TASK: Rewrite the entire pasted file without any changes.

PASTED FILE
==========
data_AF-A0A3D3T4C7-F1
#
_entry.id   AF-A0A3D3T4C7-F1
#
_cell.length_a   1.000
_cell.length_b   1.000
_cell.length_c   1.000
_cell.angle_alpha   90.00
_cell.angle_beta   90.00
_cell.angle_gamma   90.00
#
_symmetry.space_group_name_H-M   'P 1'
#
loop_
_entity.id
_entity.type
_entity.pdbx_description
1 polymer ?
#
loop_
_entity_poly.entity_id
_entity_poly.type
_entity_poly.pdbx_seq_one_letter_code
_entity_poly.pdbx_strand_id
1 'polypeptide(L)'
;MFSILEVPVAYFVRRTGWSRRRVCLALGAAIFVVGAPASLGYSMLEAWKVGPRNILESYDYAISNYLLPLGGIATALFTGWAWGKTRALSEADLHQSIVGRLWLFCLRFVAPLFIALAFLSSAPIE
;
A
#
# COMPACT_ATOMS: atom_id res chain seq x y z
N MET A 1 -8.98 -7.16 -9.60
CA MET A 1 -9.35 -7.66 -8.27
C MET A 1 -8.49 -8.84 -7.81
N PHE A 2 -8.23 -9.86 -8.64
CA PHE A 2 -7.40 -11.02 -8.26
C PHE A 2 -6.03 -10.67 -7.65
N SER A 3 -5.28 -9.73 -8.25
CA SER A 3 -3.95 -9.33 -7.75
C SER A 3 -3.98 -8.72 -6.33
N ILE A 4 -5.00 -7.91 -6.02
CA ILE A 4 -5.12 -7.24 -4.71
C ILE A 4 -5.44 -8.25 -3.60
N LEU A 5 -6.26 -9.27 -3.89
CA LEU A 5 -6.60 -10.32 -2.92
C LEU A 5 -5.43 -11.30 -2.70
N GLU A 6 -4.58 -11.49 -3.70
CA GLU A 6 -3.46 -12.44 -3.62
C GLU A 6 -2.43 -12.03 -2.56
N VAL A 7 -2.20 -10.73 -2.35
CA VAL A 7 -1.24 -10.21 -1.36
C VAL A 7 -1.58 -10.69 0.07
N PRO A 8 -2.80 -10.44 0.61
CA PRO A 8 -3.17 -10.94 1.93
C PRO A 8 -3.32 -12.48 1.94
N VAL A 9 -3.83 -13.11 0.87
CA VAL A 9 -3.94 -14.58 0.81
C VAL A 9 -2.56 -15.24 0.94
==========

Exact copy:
data_AF-A0A3D3T4C7-F1
#
_entry.id   AF-A0A3D3T4C7-F1
#
_cell.length_a   1.000
_cell.length_b   1.000
_cell.length_c   1.000
_cell.angle_alpha   90.00
_cell.angle_beta   90.00
_cell.angle_gamma   90.00
#
_symmetry.space_group_name_H-M   'P 1'
#
loop_
_entity.id
_entity.type
_entity.pdbx_description
1 polymer ?
#
loop_
_entity_poly.entity_id
_entity_poly.type
_entity_poly.pdbx_seq_one_letter_code
_entity_poly.pdbx_strand_id
1 'polypeptide(L)'
;MFSILEVPVAYFVRRTGWSRRRVCLALGAAIFVVGAPASLGYSMLEAWKVGPRNILESYDYAISNYLLPLGGIATALFTGWAWGKTRALSEADLHQSIVGRLWLFCLRFVAPLFIALAFLSSAPIE
;
A
#
# COMPACT_ATOMS: atom_id res chain seq x y z
N MET A 1 -8.98 -7.16 -9.60
CA MET A 1 -9.35 -7.66 -8.27
C MET A 1 -8.49 -8.84 -7.81
N PHE A 2 -8.23 -9.86 -8.64
CA PHE A 2 -7.40 -11.02 -8.26
C PHE A 2 -6.03 -10.67 -7.65
N SER A 3 -5.28 -9.73 -8.25
CA SER A 3 -3.95 -9.33 -7.75
C SER A 3 -3.98 -8.72 -6.33
N ILE A 4 -5.00 -7.91 -6.02
CA ILE A 4 -5.12 -7.24 -4.71
C ILE A 4 -5.44 -8.25 -3.60
N LEU A 5 -6.26 -9.27 -3.89
CA LEU A 5 -6.60 -10.32 -2.92
C LEU A 5 -5.43 -11.30 -2.70
N GLU A 6 -4.58 -11.49 -3.70
CA GLU A 6 -3.46 -12.44 -3.62
C GLU A 6 -2.43 -12.03 -2.56
N VAL A 7 -2.20 -10.73 -2.35
CA VAL A 7 -1.24 -10.21 -1.36
C VAL A 7 -1.58 -10.69 0.07
N PRO A 8 -2.80 -10.44 0.61
CA PRO A 8 -3.17 -10.94 1.93
C PRO A 8 -3.32 -12.48 1.94
N VAL A 9 -3.83 -13.11 0.87
CA VAL A 9 -3.94 -14.58 0.81
C VAL A 9 -2.56 -15.24 0.94